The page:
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Team directors to fight UCI radio ban

  • By John Wilcockson
  • Published Jan. 6, 2011
  • Updated Feb. 24, 2011 at 7:36 PM EST
Rabobank's Grischa Niermann chose an unusual way to protest a radio ban during a stage of the 2009 Tour de France.

Unless the UCI backtracks at a meeting with team directors on Friday in Switzerland, race radio communication between riders and their team cars will be banned this season in every road race except the 27 events of the new UCI WorldTour.

Rabobank's Grischa Niermann chose an unusual way to protest a radio ban during a stage of the 2009 Tour de France.

The meeting was originally scheduled for December 1, but snow and freezing weather closed Geneva Airport and caused a five-week postponement, so the 2011 racing season is about to start without final agreement on the new UCI ruling.

Speaking to VeloNews, Garmin-Cervélo team manager Jonathan Vaughters, who’s also president of the AIGCP (Association International des Groupes Cyclistes Professionels), said, “I don’t know what’s gonna come out of that meeting, whether the directeurs sportifs will be given honest input … or whether it’s gonna be more, ‘this is the way the rules are.’ We’ll have to see what’s the outcome of that meeting before we can see our options going forward.”

The AIGCP is being represented at Friday’s meeting by board member Johan Bruyneel of Team RadioShack, while Team Katusha sports director Serge Parsani is also attending. Vaughters said the meeting will focus on the modified UCI regulation 2.2.024, the first part of which states:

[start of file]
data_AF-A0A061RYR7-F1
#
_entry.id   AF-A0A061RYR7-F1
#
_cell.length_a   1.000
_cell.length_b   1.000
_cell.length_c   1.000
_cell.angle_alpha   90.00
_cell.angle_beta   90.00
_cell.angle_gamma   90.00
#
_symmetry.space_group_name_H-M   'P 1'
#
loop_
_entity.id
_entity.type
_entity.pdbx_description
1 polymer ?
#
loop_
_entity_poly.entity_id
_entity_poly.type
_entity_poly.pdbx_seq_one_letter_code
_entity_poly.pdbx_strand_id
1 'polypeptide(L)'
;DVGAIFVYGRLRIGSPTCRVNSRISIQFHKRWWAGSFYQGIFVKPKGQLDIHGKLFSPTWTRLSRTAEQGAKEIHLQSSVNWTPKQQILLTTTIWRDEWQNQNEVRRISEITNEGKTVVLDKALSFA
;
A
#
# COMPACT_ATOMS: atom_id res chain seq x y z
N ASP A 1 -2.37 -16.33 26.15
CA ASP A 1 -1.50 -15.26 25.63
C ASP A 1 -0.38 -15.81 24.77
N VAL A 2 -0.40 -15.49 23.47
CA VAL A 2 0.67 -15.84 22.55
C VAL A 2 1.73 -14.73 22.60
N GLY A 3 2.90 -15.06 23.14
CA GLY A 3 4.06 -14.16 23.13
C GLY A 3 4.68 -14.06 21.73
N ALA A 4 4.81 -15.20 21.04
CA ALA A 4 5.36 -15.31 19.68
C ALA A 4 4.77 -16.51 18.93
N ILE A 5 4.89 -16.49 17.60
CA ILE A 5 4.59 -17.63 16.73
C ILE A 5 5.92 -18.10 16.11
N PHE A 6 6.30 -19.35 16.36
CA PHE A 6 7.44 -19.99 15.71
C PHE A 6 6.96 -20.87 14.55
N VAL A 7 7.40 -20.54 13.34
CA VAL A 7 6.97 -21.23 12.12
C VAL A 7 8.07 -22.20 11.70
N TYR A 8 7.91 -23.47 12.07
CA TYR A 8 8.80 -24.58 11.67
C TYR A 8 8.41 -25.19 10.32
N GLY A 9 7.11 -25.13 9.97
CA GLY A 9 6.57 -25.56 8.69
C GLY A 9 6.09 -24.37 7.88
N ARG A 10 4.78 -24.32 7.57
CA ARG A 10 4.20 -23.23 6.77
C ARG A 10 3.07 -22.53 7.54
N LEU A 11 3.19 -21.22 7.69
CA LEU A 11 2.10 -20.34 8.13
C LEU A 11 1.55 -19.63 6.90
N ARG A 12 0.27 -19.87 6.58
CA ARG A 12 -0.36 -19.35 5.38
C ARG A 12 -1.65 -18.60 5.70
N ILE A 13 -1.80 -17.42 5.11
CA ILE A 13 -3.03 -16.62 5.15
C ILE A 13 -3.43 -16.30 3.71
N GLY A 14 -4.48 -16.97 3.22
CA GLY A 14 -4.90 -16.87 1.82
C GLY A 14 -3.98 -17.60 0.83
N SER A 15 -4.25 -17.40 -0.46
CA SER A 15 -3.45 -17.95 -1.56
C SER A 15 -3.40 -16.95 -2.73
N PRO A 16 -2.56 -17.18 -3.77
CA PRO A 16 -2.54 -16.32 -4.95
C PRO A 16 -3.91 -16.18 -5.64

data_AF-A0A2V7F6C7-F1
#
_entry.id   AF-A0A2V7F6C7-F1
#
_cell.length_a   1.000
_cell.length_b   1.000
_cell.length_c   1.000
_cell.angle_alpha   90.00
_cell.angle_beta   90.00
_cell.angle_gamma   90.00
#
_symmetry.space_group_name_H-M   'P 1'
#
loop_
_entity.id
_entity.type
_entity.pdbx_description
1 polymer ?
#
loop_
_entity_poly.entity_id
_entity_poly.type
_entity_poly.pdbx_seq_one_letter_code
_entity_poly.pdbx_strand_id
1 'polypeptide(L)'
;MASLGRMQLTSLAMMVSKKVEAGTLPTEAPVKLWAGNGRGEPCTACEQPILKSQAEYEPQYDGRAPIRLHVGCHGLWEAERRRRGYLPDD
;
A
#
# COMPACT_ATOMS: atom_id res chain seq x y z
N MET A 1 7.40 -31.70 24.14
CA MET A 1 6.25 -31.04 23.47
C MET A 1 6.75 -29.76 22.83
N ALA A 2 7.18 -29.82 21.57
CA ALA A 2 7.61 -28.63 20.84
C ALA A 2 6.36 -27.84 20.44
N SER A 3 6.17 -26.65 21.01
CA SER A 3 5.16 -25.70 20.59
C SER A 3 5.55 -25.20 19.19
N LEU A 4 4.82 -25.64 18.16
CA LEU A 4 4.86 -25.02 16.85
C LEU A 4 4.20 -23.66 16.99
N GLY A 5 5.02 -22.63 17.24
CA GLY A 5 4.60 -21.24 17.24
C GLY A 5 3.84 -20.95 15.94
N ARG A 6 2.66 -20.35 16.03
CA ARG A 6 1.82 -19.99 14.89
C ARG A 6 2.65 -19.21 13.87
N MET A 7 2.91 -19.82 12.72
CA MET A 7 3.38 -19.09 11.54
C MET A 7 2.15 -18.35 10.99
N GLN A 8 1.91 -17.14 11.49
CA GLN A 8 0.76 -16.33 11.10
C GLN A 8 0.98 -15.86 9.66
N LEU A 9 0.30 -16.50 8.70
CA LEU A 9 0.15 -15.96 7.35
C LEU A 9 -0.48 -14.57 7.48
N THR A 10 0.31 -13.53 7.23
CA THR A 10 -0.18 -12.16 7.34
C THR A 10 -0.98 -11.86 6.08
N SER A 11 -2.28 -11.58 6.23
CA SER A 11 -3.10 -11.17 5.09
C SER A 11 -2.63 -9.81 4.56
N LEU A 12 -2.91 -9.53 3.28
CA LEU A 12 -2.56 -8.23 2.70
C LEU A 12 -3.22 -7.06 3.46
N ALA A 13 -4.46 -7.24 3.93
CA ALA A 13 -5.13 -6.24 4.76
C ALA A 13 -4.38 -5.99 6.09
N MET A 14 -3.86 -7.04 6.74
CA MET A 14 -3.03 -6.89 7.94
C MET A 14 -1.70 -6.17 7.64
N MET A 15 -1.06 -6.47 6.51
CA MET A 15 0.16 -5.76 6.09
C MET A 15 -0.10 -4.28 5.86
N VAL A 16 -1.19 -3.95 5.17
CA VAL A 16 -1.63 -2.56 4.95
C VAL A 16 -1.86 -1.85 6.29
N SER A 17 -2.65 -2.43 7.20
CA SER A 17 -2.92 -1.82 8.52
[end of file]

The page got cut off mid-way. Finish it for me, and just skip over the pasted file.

“During the following races:
• world championships
• national championships
• elite men, class HC, 1 and 2 events and events in the national calendar
• elite women, class 1 and 2 events and events in the national calendar
• under-23 men
• junior men
• junior women

the use of radio links or other means of remote communication with the riders is not permitted.”

Through 2010, in-race radios were already banned for juniors, U23s, national calendar events and the world championship road races (including those for elite men and women), but the new version adds every event on the UCI’s five continental calendars — which include American HC races like the Amgen Tour of California and TD Bank International Championship (in Philadelphia), and European HC races like the Critérium International, Giro del Trentino, Paris-Tours and Milan-Turin.

Vaughters said that when the AIGCP conducted a poll at its last meeting, in Paris on October 18, the day before the 2011 Tour de France presentation, the team directors present voted 18-2 to keep the radios in all international professional races. This almost unanimous position against the UCI ruling comes at a time when the AIGCP has become a much stronger force in cycling politics than it was when the UCI started phasing out radio use several years ago.

“I think the UCI management committee decided on this (extension of the radio ban) a year and a bit ago, and at that point in time the AIGCP was scattered all over the place,” said Vaughters, who moved into the presidency two years ago. “It’s taken quite a while to put it back together into a real cohesive unit post the 2008 Paris-Nice.” (At that time, when Paris-Nice (and Tour de France) organizer ASO was in power struggle with the UCI over team selection for its events, several teams pulled out of the AIGCP because of its alleged ineffectiveness.

“I think the AIGCP is a strong and functional unit right now,” Vaughters concluded, “and I think this radio thing is the first test of the new AIGCP.”

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